Mar 6, 2007

Embryonic stem cell debate continues

by Claire Melsi, Opinion
Embryonic stem cell research has been a highly debated topic since scientists discovered the dividing cells in the late 1960s.  On Jan. 12, 2007, the Cures Can Be Found Act was introduced in the House of Representatives. The act would allow taxpayers who funds or the umbilical cords themselves for stem cell research or store stem cells for research purposes to receive credit on their income taxes. A bill to “expand the number of embryonic stem cell lines available for research” has The Stem Cell Research Act has already passed in the House and was introduced in the Senate on Jan. 23, 2007. According to the bill, federal funding of stem cell research would be allowed, as long embryos are not destroyed in the process.

In an article published on, Dr. Dianne Irving states that “The three primary goals usually cited for pursuing this research are: the gaining of important scientific knowledge about embryonic stem cell development and its application to related fields; curing debilitating diseases…and screening drugs for pharmaceutical companies, instead of having to rely on animal models.”

Whether or not the benefits of research outweigh the questionable morality of the science continues to ignite heated differences of opinion.  Although the research has potential, its morality is not debatable. Some may consider this a fundamentalist view conceived within the boundaries of a strictly conservative paradigm.  At the same time, they must be consider that the virtue of upholding a sense of morality may contribute more to the nation’s population than any form of scientific research possibly could.

When does life begin? This is the question from which most debate springs. Regardless of faith and religious beliefs, science alone gives some insight into the answer.  As soon as the sperm and egg conjoin, the zygote immediately establishes its own individual DNA and 46 chromosomes.  If this is what makes each of us human, what sets us apart from the embryos being used for this research?  Does the fact we have survived birth give us any more value?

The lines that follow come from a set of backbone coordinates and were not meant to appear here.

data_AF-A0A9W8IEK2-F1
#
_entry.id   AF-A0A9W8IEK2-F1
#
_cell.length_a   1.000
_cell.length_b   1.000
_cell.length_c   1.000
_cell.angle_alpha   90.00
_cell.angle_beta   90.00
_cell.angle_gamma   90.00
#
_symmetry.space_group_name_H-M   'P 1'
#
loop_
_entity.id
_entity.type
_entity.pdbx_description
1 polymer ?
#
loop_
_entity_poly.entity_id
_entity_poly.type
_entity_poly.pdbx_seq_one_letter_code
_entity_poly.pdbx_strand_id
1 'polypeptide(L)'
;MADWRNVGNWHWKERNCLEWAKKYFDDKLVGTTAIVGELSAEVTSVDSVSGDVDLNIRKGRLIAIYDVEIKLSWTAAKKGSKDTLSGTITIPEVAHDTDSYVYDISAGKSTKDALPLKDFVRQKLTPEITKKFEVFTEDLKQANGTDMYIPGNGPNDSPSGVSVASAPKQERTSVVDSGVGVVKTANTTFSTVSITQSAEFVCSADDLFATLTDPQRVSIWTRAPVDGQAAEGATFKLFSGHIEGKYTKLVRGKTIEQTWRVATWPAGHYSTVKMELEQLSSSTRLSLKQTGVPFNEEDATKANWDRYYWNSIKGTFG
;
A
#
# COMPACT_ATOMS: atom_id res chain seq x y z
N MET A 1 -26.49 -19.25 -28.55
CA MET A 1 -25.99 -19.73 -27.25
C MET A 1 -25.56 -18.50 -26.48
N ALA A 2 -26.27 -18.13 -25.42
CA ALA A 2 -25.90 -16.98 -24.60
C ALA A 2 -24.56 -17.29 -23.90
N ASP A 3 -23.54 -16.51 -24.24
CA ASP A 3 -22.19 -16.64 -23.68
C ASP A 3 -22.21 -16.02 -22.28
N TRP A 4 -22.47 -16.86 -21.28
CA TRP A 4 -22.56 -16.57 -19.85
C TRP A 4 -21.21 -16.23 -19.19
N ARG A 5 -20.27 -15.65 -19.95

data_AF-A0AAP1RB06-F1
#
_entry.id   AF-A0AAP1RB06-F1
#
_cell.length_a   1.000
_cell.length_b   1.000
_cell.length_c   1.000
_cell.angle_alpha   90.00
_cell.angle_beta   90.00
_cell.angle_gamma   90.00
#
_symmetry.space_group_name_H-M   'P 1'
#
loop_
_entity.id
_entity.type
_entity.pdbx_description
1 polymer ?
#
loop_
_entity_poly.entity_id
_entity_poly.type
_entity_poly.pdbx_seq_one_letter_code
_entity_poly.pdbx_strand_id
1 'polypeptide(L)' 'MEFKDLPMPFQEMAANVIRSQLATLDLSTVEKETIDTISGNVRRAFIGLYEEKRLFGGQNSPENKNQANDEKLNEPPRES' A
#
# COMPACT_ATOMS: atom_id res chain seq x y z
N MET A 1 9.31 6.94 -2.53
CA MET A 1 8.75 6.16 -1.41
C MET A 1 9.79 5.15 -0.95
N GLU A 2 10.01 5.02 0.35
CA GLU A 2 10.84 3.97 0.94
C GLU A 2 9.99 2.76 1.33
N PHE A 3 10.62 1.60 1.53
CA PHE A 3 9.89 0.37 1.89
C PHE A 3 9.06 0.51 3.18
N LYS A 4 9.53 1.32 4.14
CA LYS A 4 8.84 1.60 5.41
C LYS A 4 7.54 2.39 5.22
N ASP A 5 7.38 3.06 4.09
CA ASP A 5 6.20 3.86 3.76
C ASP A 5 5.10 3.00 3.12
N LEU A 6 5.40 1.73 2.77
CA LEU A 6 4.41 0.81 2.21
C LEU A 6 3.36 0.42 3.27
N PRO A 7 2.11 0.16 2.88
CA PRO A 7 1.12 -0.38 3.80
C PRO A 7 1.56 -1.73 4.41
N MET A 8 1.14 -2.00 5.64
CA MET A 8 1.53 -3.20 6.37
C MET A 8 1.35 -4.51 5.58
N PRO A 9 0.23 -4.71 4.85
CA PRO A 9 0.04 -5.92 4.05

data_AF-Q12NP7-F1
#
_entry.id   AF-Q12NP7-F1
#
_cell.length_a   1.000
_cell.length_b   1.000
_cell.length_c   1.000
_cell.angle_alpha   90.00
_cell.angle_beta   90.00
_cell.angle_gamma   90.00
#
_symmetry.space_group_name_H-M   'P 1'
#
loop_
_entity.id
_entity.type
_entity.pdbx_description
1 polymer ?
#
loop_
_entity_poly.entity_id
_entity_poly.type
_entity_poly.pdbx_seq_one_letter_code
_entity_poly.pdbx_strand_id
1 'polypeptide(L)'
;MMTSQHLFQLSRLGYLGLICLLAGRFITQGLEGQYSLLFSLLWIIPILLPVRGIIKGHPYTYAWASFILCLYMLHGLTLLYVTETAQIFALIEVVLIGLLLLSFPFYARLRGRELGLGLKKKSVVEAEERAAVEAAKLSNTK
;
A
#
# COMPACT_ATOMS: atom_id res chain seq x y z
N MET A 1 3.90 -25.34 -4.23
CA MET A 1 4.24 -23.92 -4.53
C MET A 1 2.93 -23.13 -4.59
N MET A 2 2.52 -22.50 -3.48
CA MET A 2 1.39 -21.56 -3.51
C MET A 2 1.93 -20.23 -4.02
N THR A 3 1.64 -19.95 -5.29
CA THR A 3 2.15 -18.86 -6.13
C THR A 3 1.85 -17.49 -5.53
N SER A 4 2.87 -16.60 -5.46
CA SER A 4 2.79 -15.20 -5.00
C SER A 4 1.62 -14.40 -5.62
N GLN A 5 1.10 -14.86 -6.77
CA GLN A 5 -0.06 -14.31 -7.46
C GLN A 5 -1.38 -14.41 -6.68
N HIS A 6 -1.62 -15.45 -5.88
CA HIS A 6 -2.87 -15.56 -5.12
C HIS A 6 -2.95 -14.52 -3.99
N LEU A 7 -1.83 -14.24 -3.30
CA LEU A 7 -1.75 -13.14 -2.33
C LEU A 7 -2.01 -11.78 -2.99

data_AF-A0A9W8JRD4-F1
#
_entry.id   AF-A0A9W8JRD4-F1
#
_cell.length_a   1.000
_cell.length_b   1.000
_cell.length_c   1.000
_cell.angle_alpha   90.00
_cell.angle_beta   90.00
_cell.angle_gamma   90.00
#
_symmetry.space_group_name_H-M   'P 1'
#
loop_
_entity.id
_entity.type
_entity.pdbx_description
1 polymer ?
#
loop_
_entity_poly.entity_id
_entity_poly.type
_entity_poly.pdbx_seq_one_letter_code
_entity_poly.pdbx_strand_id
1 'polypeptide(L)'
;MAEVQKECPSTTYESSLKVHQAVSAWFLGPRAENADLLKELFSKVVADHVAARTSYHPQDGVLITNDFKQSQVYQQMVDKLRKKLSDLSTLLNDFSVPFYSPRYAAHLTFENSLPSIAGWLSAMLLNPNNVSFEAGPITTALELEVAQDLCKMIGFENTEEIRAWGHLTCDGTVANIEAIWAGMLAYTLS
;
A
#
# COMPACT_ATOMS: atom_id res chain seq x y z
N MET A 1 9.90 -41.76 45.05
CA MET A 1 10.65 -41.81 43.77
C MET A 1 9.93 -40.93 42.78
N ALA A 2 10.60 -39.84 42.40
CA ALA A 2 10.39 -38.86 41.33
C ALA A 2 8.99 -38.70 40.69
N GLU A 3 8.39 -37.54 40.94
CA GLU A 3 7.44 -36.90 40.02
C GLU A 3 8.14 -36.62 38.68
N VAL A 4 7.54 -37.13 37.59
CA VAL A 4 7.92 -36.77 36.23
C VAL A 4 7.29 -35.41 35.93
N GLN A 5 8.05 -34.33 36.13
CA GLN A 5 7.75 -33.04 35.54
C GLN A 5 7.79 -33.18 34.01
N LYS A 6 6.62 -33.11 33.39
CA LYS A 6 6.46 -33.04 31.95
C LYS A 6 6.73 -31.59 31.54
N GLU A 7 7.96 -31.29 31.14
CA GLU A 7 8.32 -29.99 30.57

According to the U.S. Senate’s Web site, a bill passed by a 63 to 37 vote on July 18, 2006 that would “amend the Public Health Service Act to provide for embryonic stem cell research.” President Bush, who is openly against the procedure, vetoed the bill.  According to, Bush was concerned not only with the destruction of human life, but also with expanding federal support with taxpayer dollars.  

The Hyde Amendment, as mentioned on the Family Research Council Web site, was established in 1977 as a means to greatly decrease federal funding of abortion. Perhaps such amendments are needed in order restrict the use of tax dollars for embryonic stem cell research.

Embryonic stem cell research may also serve as a justification for abortion and thus increase the amount of abortions had by women.  A mother torn over whether or not to abort her child may find it less emotionally horrific to abort the baby if she believes that by doing so she may contribute to society.

While some people promote embryonic stem cell research, society still seems to have trouble establishing when life begins. For example, in the murder case of Lacey Peterson, Scott Peterson was charged with two counts of murder, his wife and the unborn child she was carrying, instead of one. Because the Peterson baby was wanted and Lacey did not ask Scott to kill the baby, the embryo was considered to be a person, not a mere mass of cells.
Despite conflicting views on the issue, it is important that individuals thoroughly scrutinize the topic. Society must come to the understanding that not everything is a grey issue.  Some things in this world are black and white, although our society has a hard time recognizing this.  

When it comes to embryonic stem cell research, it would be easy to say that every individual must draw his or her own conclusion. Unfortunately, due to abortion, a number of people were not given the chance at life that may have allowed them to impact the way the world views this important topic.

Contact Claire Melsi at

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